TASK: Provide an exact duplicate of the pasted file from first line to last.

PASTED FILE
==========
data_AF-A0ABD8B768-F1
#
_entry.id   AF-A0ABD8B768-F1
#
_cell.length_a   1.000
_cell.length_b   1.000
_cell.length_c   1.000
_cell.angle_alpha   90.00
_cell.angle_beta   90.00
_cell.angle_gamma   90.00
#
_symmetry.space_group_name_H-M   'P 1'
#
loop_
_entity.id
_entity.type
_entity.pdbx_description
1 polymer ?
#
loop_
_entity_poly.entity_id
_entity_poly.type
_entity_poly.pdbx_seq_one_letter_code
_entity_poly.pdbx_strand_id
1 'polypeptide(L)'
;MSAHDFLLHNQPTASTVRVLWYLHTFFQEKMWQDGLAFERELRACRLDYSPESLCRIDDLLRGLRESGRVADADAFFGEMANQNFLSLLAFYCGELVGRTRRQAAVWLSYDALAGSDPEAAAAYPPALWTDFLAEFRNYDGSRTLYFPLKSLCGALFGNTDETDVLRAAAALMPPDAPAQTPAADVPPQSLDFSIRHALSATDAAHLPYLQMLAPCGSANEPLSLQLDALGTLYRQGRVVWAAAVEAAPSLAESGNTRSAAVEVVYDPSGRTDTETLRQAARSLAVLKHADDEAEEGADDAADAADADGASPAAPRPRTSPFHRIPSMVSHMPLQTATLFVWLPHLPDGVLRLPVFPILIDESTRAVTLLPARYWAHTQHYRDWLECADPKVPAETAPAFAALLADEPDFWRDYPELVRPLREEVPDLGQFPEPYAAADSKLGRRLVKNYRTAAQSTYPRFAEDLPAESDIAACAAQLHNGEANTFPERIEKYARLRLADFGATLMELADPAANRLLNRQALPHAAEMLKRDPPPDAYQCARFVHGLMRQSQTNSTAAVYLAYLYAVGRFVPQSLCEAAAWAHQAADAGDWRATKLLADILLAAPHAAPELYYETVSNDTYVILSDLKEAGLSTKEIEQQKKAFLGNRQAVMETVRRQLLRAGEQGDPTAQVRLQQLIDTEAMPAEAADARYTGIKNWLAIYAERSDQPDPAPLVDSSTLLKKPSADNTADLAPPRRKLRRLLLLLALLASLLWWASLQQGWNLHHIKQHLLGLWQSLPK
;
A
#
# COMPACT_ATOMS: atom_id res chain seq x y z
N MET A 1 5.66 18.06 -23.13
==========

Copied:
data_AF-A0ABD8B768-F1
#
_entry.id   AF-A0ABD8B768-F1
#
_cell.length_a   1.000
_cell.length_b   1.000
_cell.length_c   1.000
_cell.angle_alpha   90.00
_cell.angle_beta   90.00
_cell.angle_gamma   90.00
#
_symmetry.space_group_name_H-M   'P 1'
#
loop_
_entity.id
_entity.type
_entity.pdbx_description
1 polymer ?
#
loop_
_entity_poly.entity_id
_entity_poly.type
_entity_poly.pdbx_seq_one_letter_code
_entity_poly.pdbx_strand_id
1 'polypeptide(L)'
;MSAHDFLLHNQPTASTVRVLWYLHTFFQEKMWQDGLAFERELRACRLDYSPESLCRIDDLLRGLRESGRVADADAFFGEMANQNFLSLLAFYCGELVGRTRRQAAVWLSYDALAGSDPEAAAAYPPALWTDFLAEFRNYDGSRTLYFPLKSLCGALFGNTDETDVLRAAAALMPPDAPAQTPAADVPPQSLDFSIRHALSATDAAHLPYLQMLAPCGSANEPLSLQLDALGTLYRQGRVVWAAAVEAAPSLAESGNTRSAAVEVVYDPSGRTDTETLRQAARSLAVLKHADDEAEEGADDAADAADADGASPAAPRPRTSPFHRIPSMVSHMPLQTATLFVWLPHLPDGVLRLPVFPILIDESTRAVTLLPARYWAHTQHYRDWLECADPKVPAETAPAFAALLADEPDFWRDYPELVRPLREEVPDLGQFPEPYAAADSKLGRRLVKNYRTAAQSTYPRFAEDLPAESDIAACAAQLHNGEANTFPERIEKYARLRLADFGATLMELADPAANRLLNRQALPHAAEMLKRDPPPDAYQCARFVHGLMRQSQTNSTAAVYLAYLYAVGRFVPQSLCEAAAWAHQAADAGDWRATKLLADILLAAPHAAPELYYETVSNDTYVILSDLKEAGLSTKEIEQQKKAFLGNRQAVMETVRRQLLRAGEQGDPTAQVRLQQLIDTEAMPAEAADARYTGIKNWLAIYAERSDQPDPAPLVDSSTLLKKPSADNTADLAPPRRKLRRLLLLLALLASLLWWASLQQGWNLHHIKQHLLGLWQSLPK
;
A
#
# COMPACT_ATOMS: atom_id res chain seq x y z
N MET A 1 5.66 18.06 -23.13